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May 30, 1931 - Image 3

Resource type:
The Michigan Daily, 1931-05-30

Disclaimer: Computer generated plain text may have errors. Read more about this.

?r 'Deutschland' Lainsed
ul Von Hindenburg Officiating

- -----a


Associated ress Photo
's new "vest pocket" cruiser Deutschland is shown as it was being launched at Kiel. Presi-
lenberg was forced to hurl the ceremonial champagne bottle at the ship when it was released
e. The criser, of 10,000 tons displacement, is something new in warships, being a cross be-
Pship and a. dreadnought. ft is 59G feet long.

01 t
a ba


.. --- :

eterans Contribute Weapons
of Revolutionary, Civil,
Spanish, World Wars.


y of World war rifles fea-'
all-wars souvenir exposi-
for the last time today at
Arbor Armory by the,
w County Veterans coun-I


this group is one of the famous
French "Sho-sho" automatic rifles.
The gun used by Harry Cole, the
first zoology curator of the Univer-
sity of Michigan museum, has been
loaned by his son, Harry Cole, jr.
The firearm is a specially built
over-and-under combination per-
cussion rifle and shot gun. A Ger-
rman Uhland lance and helmet, two
of the rarest trophies of the World
war, are placed in the southeastl
A fine collection of Indo-Chinal
knives, owned by J. L. Karpinski,
are in front of the stage at the
south end. A huge flintlock smooth-
bore rifle with a six-foot barrel that
was used to shoot maps across the
Canadian border was loaned by
George Wing.
The front of the Armory is orna-
mented by a Conesta wagon or
"prairie schooner" and a motor-I
mounted anti-air craft gun.
MEXICO CITY, May 29.-()-1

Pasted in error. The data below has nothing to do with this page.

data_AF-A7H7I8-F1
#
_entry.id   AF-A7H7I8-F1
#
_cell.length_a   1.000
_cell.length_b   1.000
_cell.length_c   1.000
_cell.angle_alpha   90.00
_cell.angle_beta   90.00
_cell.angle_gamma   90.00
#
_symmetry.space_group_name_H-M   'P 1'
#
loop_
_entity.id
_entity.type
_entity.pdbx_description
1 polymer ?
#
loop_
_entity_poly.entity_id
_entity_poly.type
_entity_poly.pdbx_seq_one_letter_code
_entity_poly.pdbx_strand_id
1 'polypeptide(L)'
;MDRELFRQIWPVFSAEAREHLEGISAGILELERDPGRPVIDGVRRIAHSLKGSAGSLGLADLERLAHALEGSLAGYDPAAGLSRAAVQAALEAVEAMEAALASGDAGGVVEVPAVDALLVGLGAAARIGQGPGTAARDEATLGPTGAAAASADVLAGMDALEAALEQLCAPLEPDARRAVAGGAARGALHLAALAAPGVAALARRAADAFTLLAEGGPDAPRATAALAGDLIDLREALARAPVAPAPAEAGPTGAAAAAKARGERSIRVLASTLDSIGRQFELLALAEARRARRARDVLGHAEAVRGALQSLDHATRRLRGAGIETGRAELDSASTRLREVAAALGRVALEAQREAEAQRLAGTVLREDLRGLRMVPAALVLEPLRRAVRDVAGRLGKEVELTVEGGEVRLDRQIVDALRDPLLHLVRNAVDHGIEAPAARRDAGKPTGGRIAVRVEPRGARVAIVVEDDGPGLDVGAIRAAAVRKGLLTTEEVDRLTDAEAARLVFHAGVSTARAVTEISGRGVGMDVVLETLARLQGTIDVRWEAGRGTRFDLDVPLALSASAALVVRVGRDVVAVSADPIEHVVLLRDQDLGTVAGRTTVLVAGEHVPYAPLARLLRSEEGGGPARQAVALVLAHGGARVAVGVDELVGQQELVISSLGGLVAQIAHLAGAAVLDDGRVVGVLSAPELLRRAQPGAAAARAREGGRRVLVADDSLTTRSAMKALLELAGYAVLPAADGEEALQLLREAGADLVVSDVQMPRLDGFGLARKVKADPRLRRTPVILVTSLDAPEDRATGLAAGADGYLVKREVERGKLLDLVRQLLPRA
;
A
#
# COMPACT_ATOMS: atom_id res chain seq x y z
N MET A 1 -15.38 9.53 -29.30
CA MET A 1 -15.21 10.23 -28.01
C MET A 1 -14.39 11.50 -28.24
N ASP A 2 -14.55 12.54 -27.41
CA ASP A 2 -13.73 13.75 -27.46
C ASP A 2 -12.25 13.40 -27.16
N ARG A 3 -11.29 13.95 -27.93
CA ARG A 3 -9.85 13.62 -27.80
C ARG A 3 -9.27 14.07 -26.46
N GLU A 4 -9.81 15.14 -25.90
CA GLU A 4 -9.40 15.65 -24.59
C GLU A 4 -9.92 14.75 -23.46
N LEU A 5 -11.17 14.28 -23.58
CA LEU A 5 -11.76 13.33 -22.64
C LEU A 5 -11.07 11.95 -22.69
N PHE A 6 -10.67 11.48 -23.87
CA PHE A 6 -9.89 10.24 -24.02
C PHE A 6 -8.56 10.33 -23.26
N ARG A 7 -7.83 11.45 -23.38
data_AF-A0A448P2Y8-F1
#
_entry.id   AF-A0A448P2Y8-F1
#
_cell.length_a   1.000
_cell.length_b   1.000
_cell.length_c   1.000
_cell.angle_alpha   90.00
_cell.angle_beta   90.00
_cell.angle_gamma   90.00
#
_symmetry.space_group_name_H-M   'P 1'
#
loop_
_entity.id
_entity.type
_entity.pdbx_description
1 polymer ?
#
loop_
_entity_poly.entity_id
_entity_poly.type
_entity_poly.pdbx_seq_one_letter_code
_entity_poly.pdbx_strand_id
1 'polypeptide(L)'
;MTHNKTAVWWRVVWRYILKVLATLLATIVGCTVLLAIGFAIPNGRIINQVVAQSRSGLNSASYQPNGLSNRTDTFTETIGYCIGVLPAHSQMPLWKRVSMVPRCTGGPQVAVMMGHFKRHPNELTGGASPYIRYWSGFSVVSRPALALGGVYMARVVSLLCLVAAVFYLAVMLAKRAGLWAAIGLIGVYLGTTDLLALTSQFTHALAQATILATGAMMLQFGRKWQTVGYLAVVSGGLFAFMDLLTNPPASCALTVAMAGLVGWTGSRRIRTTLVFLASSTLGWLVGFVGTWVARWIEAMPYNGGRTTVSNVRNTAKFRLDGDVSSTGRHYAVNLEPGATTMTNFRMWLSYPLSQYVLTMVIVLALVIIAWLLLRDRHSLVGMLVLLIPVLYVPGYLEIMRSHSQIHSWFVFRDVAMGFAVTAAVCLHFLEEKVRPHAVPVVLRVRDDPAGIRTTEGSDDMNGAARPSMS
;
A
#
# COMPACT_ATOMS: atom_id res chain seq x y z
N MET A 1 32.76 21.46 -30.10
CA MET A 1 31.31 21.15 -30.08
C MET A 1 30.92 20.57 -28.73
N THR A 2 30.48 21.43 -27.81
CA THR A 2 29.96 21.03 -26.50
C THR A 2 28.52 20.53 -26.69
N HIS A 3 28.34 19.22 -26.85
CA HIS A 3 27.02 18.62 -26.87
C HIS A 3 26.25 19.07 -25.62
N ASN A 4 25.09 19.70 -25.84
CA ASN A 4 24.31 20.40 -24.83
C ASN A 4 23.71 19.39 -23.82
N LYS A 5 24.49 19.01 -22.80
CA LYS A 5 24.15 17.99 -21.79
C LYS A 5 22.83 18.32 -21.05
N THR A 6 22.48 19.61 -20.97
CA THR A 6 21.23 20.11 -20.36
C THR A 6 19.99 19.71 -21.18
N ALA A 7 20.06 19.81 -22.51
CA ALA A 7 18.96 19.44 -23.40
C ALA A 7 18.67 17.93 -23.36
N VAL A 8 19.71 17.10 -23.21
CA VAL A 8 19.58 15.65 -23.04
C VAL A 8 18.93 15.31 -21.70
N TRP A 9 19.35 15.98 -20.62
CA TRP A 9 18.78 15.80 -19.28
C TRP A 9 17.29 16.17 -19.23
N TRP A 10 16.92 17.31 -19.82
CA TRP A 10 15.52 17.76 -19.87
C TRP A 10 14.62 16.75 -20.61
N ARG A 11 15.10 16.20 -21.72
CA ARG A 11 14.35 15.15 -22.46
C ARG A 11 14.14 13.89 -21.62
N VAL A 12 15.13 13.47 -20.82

Disrespect for the Mexican flag
would be punishable by imprison-
ment for from six months to four
yEars under a penal code drawn
up by a government commission
for promulgation soon.

Professor Densmore Is Business
Manager of Publication.
The June isue of the Journal of
Speech, edited by the National As-
sociation of Teachers of Speech,
will be distributed to members to-
The issue and the preceding ones,
have been printed in Champlain,
Ill., but henceforth the journal will
be printed and published in Ann
Arbor. The editor of this issue is
Andrew Thomas Weaver of the Uni-
versity of Wisconsin; the business
manager is Prof. G. E. Densmore,'
of the speech department at the
University'of Michigan.
At present the journal is a quar-
terly publication, but, it was an-
nounced, next year it will be pub
lished eight times.
A.D. Moore Returns.
From A.S.M.E. Banquet
Prof. A. D. Moore of the electrical
engineering department returned
yesterday from a trip to Ohio Nor-
thern University at Ada, Ohio,
where he attended a banquet of
the A.S.E.E.
"Flectrical Engineering in Indus-
try" was the subject of his address
at the banquet.

Police Car Damaged in Collision;l
One Occupant Receives J
Injured Arm.
A police flyer driven by officer
Albert Housel collided early yester-
day morning at the corner of
Church and Hill streets with a car
driven by Donald Hulton, colored,
343 S. Fifth avenue.
The police car, going south on
Church street, was struck in the
side and thrown over the curb into
a telephone pole. Heusel and offi-
cer Enkermanns, who was riding
in the police car, were thrown toy
the pavement; Enkermanns sus-
tained an injured left arm and was
taken to St. Joseph's Mercy hospi-
tal for treatment. The side of the
flyer was badly damaged.
There were three passengers in
the other car besides Hulton: La-
fayette Clegg, 218 S. Fourth ave-
nue; Ben Dixon, 343 S. 5th avenue;
and an unidentified girl; all are
colored. The front of the coupe was
wrecked in the crash.
The police car was patroling the
fraternity house district at the time
of the accident.
Vaughn Elected H ead
ofMathematics Club
Herbert E. Vaughn, '32E, was
elected president of the Junior Ma-